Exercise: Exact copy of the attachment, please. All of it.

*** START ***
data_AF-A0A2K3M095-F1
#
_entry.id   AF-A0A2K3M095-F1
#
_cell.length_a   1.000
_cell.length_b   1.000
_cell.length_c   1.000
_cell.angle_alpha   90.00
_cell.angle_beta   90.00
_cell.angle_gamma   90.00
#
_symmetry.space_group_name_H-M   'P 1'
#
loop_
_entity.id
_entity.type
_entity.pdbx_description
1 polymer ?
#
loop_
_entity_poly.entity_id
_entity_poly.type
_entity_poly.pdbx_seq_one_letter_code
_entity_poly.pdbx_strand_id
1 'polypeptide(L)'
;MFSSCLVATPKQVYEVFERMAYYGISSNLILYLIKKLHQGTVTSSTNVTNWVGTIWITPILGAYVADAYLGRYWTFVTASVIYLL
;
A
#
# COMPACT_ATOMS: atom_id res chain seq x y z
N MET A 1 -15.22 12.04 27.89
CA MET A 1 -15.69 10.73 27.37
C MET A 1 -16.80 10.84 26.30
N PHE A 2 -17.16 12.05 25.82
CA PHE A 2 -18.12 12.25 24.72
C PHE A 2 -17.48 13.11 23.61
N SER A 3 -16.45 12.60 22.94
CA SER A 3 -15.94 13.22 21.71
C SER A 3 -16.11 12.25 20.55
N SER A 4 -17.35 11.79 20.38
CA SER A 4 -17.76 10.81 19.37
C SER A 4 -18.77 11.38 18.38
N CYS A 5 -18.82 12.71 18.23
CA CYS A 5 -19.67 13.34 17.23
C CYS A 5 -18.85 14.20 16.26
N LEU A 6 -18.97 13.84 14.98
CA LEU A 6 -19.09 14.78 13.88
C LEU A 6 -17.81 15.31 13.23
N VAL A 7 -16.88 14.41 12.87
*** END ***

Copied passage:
data_AF-A0A2K3M095-F1
#
_entry.id   AF-A0A2K3M095-F1
#
_cell.length_a   1.000
_cell.length_b   1.000
_cell.length_c   1.000
_cell.angle_alpha   90.00
_cell.angle_beta   90.00
_cell.angle_gamma   90.00
#
_symmetry.space_group_name_H-M   'P 1'
#
loop_
_entity.id
_entity.type
_entity.pdbx_description
1 polymer ?
#
loop_
_entity_poly.entity_id
_entity_poly.type
_entity_poly.pdbx_seq_one_letter_code
_entity_poly.pdbx_strand_id
1 'polypeptide(L)'
;MFSSCLVATPKQVYEVFERMAYYGISSNLILYLIKKLHQGTVTSSTNVTNWVGTIWITPILGAYVADAYLGRYWTFVTASVIYLL
;
A
#
# COMPACT_ATOMS: atom_id res chain seq x y z
N MET A 1 -15.22 12.04 27.89
CA MET A 1 -15.69 10.73 27.37
C MET A 1 -16.80 10.84 26.30
N PHE A 2 -17.16 12.05 25.82
CA PHE A 2 -18.12 12.25 24.72
C PHE A 2 -17.48 13.11 23.61
N SER A 3 -16.45 12.60 22.94
CA SER A 3 -15.94 13.22 21.71
C SER A 3 -16.11 12.25 20.55
N SER A 4 -17.35 11.79 20.38
CA SER A 4 -17.76 10.81 19.37
C SER A 4 -18.77 11.38 18.38
N CYS A 5 -18.82 12.71 18.23
CA CYS A 5 -19.67 13.34 17.23
C CYS A 5 -18.85 14.20 16.26
N LEU A 6 -18.97 13.84 14.98
CA LEU A 6 -19.09 14.78 13.88
C LEU A 6 -17.81 15.31 13.23
N VAL A 7 -16.88 14.41 12.87